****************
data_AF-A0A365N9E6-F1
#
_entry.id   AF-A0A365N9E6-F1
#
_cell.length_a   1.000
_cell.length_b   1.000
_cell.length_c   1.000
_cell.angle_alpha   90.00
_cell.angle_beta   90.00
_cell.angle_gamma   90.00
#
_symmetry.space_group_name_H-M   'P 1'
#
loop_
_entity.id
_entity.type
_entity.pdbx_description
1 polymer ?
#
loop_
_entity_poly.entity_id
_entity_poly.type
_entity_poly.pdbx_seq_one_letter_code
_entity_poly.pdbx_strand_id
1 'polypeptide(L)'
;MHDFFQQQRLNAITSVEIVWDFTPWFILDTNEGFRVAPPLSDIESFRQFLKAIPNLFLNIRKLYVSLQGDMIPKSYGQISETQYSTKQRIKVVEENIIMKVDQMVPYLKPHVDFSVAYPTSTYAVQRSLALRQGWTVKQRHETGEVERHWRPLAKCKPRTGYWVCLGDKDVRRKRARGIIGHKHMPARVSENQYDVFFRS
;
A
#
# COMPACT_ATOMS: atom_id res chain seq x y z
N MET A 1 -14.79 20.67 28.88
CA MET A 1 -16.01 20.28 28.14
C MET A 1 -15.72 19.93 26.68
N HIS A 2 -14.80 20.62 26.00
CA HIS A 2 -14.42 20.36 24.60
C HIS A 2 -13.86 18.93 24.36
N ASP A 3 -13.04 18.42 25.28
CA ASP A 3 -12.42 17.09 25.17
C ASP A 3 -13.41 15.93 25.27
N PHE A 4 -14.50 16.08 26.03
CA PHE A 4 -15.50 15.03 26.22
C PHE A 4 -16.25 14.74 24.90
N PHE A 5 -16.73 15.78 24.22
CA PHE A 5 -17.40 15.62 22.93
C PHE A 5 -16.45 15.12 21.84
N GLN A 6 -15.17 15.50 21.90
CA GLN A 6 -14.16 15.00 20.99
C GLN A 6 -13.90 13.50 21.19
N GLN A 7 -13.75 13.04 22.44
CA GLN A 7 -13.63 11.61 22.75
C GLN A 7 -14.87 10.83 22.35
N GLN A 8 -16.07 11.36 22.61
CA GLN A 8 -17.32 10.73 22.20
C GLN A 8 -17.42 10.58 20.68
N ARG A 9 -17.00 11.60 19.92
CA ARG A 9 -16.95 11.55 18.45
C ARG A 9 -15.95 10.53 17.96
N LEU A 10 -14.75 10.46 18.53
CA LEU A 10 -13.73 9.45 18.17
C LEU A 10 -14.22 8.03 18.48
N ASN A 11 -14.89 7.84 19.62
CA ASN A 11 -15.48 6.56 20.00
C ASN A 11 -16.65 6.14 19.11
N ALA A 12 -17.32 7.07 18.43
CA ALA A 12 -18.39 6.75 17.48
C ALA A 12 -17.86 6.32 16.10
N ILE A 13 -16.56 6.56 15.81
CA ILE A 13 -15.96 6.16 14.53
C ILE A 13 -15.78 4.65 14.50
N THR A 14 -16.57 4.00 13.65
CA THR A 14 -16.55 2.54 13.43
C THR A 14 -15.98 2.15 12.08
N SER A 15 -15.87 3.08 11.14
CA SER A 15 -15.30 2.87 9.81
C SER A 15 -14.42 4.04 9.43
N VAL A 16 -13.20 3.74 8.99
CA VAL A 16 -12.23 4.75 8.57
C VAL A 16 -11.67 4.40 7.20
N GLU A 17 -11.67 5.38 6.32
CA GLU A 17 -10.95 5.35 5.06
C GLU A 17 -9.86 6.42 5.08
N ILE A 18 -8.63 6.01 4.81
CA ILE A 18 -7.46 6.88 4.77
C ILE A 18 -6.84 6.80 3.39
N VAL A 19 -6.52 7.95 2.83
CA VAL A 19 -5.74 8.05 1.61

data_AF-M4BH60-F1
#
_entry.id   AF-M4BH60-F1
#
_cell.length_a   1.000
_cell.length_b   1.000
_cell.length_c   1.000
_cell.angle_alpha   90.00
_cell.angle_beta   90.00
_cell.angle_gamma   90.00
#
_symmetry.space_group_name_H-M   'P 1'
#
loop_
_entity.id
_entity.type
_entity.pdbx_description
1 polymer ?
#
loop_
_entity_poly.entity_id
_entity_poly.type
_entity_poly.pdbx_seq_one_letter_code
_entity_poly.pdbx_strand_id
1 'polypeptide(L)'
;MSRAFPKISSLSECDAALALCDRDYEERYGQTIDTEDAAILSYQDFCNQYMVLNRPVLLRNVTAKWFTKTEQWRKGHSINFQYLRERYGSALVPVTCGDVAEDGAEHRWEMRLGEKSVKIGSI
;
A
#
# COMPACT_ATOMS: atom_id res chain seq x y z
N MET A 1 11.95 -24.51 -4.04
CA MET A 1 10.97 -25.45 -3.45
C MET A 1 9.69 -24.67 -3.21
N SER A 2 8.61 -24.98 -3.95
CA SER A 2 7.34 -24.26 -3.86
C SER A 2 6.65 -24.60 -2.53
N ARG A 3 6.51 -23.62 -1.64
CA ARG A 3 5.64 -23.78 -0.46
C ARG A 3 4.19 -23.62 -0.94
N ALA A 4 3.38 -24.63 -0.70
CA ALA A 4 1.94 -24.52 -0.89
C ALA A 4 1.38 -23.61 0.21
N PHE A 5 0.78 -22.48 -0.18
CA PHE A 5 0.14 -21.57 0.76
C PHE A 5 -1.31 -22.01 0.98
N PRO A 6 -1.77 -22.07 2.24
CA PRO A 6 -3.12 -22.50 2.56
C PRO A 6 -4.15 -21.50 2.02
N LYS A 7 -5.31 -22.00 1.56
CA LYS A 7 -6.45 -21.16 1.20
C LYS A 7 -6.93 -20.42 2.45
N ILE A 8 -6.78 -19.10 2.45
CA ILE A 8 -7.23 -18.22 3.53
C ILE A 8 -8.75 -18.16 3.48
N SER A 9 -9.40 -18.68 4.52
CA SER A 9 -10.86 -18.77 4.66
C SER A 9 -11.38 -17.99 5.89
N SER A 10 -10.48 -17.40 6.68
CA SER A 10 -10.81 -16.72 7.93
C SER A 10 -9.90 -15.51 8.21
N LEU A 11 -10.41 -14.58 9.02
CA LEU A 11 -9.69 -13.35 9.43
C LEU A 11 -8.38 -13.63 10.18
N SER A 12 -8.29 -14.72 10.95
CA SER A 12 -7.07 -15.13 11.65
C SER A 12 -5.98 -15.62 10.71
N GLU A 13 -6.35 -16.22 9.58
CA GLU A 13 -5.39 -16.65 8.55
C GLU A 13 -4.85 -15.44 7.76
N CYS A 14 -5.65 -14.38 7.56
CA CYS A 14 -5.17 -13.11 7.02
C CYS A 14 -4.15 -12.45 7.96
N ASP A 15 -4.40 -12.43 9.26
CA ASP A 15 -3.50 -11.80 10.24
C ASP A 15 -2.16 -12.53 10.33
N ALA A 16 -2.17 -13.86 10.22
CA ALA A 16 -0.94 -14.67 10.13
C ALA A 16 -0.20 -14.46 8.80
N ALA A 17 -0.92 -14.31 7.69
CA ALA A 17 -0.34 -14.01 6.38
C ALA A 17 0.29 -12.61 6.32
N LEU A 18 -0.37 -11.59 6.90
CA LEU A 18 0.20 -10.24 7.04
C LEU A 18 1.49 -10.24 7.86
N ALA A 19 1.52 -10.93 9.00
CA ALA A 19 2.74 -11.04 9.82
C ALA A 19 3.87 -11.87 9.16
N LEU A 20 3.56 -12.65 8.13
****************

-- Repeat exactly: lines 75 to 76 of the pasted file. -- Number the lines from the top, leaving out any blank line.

C SER A 15 -14.42 4.04 9.43
N VAL A 16 -13.20 3.74 8.99